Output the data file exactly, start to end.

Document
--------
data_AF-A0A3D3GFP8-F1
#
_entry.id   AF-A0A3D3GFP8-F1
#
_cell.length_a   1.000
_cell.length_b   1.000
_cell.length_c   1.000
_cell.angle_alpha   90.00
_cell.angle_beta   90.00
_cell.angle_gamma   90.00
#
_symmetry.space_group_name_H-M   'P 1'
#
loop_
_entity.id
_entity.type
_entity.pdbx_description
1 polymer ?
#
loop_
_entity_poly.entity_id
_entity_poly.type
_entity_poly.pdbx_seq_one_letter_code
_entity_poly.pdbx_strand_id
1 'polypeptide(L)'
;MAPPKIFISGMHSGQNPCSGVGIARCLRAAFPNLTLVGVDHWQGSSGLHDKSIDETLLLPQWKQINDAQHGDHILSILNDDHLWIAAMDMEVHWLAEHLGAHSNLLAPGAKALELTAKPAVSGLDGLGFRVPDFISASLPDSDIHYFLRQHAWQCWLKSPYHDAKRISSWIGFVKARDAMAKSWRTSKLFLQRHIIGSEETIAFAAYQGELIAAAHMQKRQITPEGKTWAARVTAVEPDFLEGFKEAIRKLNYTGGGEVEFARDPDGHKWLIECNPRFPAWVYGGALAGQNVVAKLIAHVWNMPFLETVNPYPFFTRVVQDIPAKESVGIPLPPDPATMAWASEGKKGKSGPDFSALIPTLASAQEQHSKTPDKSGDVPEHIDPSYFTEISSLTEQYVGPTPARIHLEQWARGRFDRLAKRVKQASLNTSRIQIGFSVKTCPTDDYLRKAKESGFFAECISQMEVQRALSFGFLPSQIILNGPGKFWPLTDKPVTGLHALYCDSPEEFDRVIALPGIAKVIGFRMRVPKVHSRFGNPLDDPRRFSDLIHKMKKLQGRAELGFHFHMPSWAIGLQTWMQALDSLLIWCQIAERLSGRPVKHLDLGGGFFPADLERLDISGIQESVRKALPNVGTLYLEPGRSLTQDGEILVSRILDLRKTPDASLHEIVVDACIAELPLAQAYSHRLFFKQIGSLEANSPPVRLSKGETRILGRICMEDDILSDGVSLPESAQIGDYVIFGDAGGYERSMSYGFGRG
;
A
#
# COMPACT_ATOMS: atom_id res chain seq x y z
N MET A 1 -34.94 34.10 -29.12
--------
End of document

data_AF-A0A3D3GFP8-F1
#
_entry.id   AF-A0A3D3GFP8-F1
#
_cell.length_a   1.000
_cell.length_b   1.000
_cell.length_c   1.000
_cell.angle_alpha   90.00
_cell.angle_beta   90.00
_cell.angle_gamma   90.00
#
_symmetry.space_group_name_H-M   'P 1'
#
loop_
_entity.id
_entity.type
_entity.pdbx_description
1 polymer ?
#
loop_
_entity_poly.entity_id
_entity_poly.type
_entity_poly.pdbx_seq_one_letter_code
_entity_poly.pdbx_strand_id
1 'polypeptide(L)'
;MAPPKIFISGMHSGQNPCSGVGIARCLRAAFPNLTLVGVDHWQGSSGLHDKSIDETLLLPQWKQINDAQHGDHILSILNDDHLWIAAMDMEVHWLAEHLGAHSNLLAPGAKALELTAKPAVSGLDGLGFRVPDFISASLPDSDIHYFLRQHAWQCWLKSPYHDAKRISSWIGFVKARDAMAKSWRTSKLFLQRHIIGSEETIAFAAYQGELIAAAHMQKRQITPEGKTWAARVTAVEPDFLEGFKEAIRKLNYTGGGEVEFARDPDGHKWLIECNPRFPAWVYGGALAGQNVVAKLIAHVWNMPFLETVNPYPFFTRVVQDIPAKESVGIPLPPDPATMAWASEGKKGKSGPDFSALIPTLASAQEQHSKTPDKSGDVPEHIDPSYFTEISSLTEQYVGPTPARIHLEQWARGRFDRLAKRVKQASLNTSRIQIGFSVKTCPTDDYLRKAKESGFFAECISQMEVQRALSFGFLPSQIILNGPGKFWPLTDKPVTGLHALYCDSPEEFDRVIALPGIAKVIGFRMRVPKVHSRFGNPLDDPRRFSDLIHKMKKLQGRAELGFHFHMPSWAIGLQTWMQALDSLLIWCQIAERLSGRPVKHLDLGGGFFPADLERLDISGIQESVRKALPNVGTLYLEPGRSLTQDGEILVSRILDLRKTPDASLHEIVVDACIAELPLAQAYSHRLFFKQIGSLEANSPPVRLSKGETRILGRICMEDDILSDGVSLPESAQIGDYVIFGDAGGYERSMSYGFGRG
;
A
#
# COMPACT_ATOMS: atom_id res chain seq x y z
N MET A 1 -34.94 34.10 -29.12